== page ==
Trade: Accompanying the global economic rebound, trade numbers improved for January. The January new export orders index advanced to 54.7 from December’s 54.1 and November’s 50.8. The region’s import reading expanded to 55.5 from December’s 50.0.

“The weaker U.S. dollar, making U.S. goods cheaper abroad and foreign goods more expensive in the U.S., are strengthening exports. I expect this trend to continue for 2011 with the global economic rebound adding to the influence of the weaker dollar,” said Goss.

Other components: Other components of the January Business Conditions Index were new orders at 60.2, up from December’s 58.2; production or sales at 62.7 from 55.8; and delivery lead time at 59.5, up from 57.9 in December.

The Creighton Economic Forecasting Group has conducted the monthly survey of supply managers in nine states since 1994 to produce leading economic indicators of the Mid-America economy. States included in the survey are Arkansas, Iowa, Kansas, Minnesota, Missouri, Nebraska, North Dakota, Oklahoma and South Dakota.

The Creighton Economic Forecasting Group uses the same methodology as a national survey by the Institute for Supply Management, formerly the Purchasing Management Association, which has formally surveyed its membership since 1931 to gauge business conditions. The overall index, referred to as the Business Conditions Index, ranges between 0 and 100. An index greater than 50 indicates an expansionary economy over the course of the next three to six months.

Arkansas: The leading economic indicator for Arkansas advanced for the third time in the past four months. The Arkansas Business Conditions Index from the monthly survey of supply managers in the state rose to 59.9 from December’s 57.2. Components of the Business Conditions Index for January were new orders at 66.9, production or sales at 70.8, delivery lead time at 64.3, inventories at 45.7, and employment at 51.4. “The state’s durable goods manufacturing sector has been a prime driver of recent growth with nondurable goods producers experiencing soft business conditions. Contrary to much of the rest of the region, agriculture has not been a prime factor pushing growth higher,” said Goss.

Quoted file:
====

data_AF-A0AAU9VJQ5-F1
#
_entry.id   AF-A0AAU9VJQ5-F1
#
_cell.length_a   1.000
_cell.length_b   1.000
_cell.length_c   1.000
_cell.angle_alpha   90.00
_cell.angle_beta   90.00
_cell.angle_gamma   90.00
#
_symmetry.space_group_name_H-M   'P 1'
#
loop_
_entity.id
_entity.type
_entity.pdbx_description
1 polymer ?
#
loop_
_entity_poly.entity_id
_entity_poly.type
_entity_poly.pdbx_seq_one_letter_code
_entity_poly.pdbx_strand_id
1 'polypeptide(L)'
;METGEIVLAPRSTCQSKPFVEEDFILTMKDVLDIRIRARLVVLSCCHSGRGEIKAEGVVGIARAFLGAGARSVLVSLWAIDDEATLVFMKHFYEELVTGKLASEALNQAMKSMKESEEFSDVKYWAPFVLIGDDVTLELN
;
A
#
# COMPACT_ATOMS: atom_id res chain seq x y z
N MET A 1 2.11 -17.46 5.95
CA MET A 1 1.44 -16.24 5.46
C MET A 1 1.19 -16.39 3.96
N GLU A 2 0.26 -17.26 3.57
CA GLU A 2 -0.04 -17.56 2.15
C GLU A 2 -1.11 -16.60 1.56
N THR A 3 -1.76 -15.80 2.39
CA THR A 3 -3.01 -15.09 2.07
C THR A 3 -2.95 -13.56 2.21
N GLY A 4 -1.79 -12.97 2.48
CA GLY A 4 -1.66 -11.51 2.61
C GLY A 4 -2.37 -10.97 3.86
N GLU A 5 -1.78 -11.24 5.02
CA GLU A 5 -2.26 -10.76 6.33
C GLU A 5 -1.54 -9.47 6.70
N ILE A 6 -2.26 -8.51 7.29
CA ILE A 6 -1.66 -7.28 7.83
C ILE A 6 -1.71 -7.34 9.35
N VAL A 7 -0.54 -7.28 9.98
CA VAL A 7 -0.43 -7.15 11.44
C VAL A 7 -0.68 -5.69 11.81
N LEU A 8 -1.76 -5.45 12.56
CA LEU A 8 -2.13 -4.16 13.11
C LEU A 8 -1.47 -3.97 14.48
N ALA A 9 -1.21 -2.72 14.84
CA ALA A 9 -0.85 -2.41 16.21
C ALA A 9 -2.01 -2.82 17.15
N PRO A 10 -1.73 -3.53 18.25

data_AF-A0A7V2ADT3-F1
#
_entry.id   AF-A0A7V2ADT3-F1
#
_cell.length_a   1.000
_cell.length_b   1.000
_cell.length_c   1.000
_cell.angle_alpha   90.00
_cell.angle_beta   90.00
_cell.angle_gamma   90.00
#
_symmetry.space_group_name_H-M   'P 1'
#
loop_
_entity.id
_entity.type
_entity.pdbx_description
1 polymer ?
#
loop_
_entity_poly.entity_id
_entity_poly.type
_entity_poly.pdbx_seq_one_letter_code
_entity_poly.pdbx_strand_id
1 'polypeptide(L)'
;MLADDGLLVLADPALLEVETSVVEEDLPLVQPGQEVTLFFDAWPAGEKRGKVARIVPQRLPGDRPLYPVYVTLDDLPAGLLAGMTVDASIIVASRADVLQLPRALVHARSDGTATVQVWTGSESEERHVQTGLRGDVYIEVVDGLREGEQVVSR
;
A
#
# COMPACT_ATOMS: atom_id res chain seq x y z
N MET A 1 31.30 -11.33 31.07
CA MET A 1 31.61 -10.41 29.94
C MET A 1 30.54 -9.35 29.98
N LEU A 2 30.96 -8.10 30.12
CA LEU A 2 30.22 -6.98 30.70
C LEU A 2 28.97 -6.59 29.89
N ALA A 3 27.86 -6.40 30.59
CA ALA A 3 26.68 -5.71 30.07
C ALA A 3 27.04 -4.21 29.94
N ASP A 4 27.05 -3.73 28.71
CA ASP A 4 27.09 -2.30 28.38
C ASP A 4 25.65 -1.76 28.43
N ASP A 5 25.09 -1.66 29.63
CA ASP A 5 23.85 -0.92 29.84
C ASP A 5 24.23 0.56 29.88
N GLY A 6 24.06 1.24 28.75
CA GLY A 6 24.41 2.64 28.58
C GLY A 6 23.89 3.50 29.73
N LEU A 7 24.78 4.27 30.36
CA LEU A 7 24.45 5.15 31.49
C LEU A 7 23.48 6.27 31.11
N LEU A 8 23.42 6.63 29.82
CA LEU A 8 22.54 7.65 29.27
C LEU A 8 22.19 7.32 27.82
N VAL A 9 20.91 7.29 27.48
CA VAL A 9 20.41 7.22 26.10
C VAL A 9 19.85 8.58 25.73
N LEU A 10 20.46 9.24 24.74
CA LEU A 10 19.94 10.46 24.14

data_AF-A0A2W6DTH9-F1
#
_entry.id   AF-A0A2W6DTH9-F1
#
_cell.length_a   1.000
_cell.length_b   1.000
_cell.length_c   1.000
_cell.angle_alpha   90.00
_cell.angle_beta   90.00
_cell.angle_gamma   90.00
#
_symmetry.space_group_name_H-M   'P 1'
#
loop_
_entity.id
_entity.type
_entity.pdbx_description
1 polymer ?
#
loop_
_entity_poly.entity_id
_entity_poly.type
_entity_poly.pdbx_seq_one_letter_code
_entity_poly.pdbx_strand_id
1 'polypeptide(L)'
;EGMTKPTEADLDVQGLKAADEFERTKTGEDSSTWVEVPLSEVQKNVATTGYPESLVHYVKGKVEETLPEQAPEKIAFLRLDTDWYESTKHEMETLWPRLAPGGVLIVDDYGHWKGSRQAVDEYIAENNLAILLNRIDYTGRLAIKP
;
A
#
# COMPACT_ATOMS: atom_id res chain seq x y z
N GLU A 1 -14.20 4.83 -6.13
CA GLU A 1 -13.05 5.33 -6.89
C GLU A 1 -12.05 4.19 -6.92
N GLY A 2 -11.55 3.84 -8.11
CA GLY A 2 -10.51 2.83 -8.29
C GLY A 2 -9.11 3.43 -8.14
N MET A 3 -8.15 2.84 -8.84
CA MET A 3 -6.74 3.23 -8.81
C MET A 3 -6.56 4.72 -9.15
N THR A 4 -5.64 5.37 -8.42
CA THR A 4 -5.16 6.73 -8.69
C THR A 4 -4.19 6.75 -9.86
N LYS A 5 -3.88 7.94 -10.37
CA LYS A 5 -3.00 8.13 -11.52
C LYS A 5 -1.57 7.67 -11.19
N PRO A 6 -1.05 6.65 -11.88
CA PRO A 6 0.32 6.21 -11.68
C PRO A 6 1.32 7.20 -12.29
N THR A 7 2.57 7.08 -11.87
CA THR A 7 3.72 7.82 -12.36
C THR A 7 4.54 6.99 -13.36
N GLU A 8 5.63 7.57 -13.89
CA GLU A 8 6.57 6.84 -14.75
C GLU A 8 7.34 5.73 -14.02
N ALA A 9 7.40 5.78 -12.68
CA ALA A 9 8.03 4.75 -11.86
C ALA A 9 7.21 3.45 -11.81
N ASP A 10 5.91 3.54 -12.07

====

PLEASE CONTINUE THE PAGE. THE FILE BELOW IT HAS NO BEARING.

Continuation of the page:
Iowa: For the 13th straight month, Iowa’s Business Conditions Index climbed above growth neutral. The index, a leading economic indicator from a survey of supply managers, climbed to 64.0 from 56.8 in December. Components of the Business Conditions Index for January were new orders at 78.2, production or sales at 68.0, delivery lead time at 65.8, employment at 53.5, and inventories at 54.6. “With the largest agriculture sector among the nine Mid-America states, Iowa’s industries linked to agriculture, except for food processing, have experienced very healthy growth over the past several months. This growth will continue for the first half of 2011 particularly for durable goods producers tied to agriculture and the global economy,” said Goss.

Kansas: For the fifth time in the past six months, the leading economic indicator for Kansas moved above growth neutral. The Business Conditions Index climbed to 53.2 from 48.4 in December. Components of the Business Conditions Index for January were new orders at 57.2, production or sales at 54.4, delivery lead time at 61.1, employment at 41.5, and inventories at 52.2. “We are beginning to see upturns in the state’s durable and nondurable goods producers. Continuing global economic expansion combined with a relatively cheap U.S. dollar will be very positive for Kansas growth prospects for the first half of 2011. Of our nine survey states, Kansas is the most dependent on international markets,” said Goss.

Minnesota: Minnesota’s leading economic indicator was above growth neutral for the 18th straight month. The Business Conditions Index advanced to 55.2 from December’s softer 52.0. Components of the index for January were new orders at 56.0, production or sales at 61.9, delivery lead time at 58.3, inventories at 49.5, and employment at 50.5. “The state’s agriculture is the second largest among the nine Mid-America states. Thus expansions among firms tied to agriculture and international markets have been an important component of Minnesota’s recent growth. On the other hand, the state’s construction industry continues to slow overall state job growth. I expect the state to continue to add jobs for the first half of 2011. This pace will be stronger than the last half of 2010,” said Goss.